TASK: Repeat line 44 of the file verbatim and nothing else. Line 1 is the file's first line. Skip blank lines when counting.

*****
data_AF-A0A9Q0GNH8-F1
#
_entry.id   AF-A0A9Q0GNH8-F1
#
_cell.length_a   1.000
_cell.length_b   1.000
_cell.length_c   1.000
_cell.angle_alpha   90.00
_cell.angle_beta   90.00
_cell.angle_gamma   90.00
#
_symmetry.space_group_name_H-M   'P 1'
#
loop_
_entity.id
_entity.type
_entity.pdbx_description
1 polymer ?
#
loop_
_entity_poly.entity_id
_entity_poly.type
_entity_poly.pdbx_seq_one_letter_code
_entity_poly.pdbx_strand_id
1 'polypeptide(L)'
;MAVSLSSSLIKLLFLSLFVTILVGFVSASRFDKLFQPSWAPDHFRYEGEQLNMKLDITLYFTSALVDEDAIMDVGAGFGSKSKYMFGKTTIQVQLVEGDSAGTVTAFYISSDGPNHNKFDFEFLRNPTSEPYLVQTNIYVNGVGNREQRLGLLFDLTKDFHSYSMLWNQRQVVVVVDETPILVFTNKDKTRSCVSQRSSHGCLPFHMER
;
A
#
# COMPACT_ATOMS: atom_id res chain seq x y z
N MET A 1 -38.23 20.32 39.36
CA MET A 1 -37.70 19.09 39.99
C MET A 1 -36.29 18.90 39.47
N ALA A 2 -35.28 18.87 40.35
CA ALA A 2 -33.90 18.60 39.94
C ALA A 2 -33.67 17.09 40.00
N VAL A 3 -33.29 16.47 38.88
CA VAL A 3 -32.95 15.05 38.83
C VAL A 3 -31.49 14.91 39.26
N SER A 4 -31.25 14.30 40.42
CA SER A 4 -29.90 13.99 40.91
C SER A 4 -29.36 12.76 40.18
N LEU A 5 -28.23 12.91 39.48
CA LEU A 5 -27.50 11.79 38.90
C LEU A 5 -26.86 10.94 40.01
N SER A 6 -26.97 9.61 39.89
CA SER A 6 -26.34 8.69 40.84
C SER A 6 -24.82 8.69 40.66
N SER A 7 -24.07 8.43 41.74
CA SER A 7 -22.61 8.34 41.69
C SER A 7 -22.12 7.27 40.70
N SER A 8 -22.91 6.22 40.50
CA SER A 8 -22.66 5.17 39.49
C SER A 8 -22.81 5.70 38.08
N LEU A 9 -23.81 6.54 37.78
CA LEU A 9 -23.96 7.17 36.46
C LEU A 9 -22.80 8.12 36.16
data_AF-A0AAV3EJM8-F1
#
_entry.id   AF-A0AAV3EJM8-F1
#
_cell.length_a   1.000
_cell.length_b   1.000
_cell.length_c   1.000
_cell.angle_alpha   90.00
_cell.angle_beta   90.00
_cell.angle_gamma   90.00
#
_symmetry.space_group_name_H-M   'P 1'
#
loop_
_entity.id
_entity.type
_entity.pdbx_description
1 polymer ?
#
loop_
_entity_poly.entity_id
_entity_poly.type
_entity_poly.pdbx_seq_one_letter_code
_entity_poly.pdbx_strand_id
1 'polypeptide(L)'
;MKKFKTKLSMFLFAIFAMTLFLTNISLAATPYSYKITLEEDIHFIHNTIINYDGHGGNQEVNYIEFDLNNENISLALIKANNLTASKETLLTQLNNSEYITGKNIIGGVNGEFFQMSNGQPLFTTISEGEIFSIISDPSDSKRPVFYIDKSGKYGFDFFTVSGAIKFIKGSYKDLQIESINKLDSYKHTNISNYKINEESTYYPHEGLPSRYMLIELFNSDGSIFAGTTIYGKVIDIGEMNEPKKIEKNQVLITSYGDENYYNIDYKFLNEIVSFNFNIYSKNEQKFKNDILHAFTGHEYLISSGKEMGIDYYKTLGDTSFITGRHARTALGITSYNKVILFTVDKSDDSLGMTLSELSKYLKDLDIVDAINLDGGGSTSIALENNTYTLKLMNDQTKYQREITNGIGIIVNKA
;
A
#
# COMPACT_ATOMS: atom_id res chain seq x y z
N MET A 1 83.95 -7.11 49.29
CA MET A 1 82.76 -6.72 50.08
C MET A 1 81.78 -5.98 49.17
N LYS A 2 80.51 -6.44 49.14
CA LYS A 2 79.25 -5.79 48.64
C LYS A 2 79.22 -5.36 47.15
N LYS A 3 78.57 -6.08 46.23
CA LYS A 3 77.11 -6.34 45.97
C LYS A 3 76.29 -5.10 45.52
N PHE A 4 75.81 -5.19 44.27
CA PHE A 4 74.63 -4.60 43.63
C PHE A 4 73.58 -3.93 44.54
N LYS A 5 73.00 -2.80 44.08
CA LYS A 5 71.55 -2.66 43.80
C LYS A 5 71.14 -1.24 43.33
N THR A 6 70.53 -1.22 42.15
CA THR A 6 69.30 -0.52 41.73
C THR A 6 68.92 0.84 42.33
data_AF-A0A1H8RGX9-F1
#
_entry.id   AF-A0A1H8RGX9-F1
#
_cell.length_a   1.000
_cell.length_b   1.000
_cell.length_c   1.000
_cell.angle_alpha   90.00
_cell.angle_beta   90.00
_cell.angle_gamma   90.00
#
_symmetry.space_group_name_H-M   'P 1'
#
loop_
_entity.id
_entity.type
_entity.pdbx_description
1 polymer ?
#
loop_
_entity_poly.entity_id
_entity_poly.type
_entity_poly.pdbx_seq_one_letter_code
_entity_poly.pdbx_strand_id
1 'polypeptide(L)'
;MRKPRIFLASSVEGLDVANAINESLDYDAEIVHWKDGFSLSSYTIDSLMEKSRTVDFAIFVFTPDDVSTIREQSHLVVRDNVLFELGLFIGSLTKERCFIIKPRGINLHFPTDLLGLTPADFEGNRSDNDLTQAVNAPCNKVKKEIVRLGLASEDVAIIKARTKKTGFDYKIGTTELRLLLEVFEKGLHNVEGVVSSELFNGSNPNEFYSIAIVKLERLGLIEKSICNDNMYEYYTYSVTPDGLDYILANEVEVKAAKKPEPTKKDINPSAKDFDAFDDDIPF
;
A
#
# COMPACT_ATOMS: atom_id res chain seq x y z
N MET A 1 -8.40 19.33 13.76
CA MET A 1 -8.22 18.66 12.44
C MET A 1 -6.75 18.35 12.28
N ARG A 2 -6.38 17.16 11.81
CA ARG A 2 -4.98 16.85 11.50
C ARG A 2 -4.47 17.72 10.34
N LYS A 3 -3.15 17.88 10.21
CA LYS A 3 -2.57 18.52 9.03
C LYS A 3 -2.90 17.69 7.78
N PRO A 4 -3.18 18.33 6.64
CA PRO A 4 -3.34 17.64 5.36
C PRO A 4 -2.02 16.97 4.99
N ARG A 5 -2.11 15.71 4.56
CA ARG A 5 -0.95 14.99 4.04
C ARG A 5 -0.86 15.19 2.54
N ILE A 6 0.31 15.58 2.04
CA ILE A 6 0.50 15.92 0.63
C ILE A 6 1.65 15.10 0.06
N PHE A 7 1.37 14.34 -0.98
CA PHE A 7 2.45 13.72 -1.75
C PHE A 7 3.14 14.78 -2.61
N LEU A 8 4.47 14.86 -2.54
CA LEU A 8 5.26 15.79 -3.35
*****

CA LEU A 5 -27.50 11.79 38.90